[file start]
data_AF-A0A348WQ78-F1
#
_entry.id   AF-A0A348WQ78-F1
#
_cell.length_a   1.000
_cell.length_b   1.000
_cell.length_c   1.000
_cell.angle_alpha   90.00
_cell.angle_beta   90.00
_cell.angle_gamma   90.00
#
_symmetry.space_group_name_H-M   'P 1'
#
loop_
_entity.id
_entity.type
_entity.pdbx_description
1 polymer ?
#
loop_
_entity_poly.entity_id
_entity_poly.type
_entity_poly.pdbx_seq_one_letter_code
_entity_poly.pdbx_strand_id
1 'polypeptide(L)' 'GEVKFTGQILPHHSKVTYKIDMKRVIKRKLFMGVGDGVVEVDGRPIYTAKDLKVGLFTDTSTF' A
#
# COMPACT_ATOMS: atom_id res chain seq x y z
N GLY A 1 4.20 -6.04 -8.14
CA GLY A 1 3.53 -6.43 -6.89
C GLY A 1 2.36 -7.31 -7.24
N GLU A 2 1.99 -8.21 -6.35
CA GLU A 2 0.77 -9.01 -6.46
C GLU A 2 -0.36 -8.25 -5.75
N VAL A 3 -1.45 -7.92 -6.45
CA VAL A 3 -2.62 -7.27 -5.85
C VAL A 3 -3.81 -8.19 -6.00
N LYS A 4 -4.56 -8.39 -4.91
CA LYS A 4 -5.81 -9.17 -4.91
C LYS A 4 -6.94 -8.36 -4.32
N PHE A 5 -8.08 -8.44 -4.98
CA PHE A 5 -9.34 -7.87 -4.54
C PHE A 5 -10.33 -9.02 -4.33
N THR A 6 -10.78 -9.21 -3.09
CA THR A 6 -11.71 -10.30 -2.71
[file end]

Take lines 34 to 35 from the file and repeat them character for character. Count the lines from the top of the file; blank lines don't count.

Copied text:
N VAL A 3 -1.45 -7.92 -6.45
CA VAL A 3 -2.62 -7.27 -5.85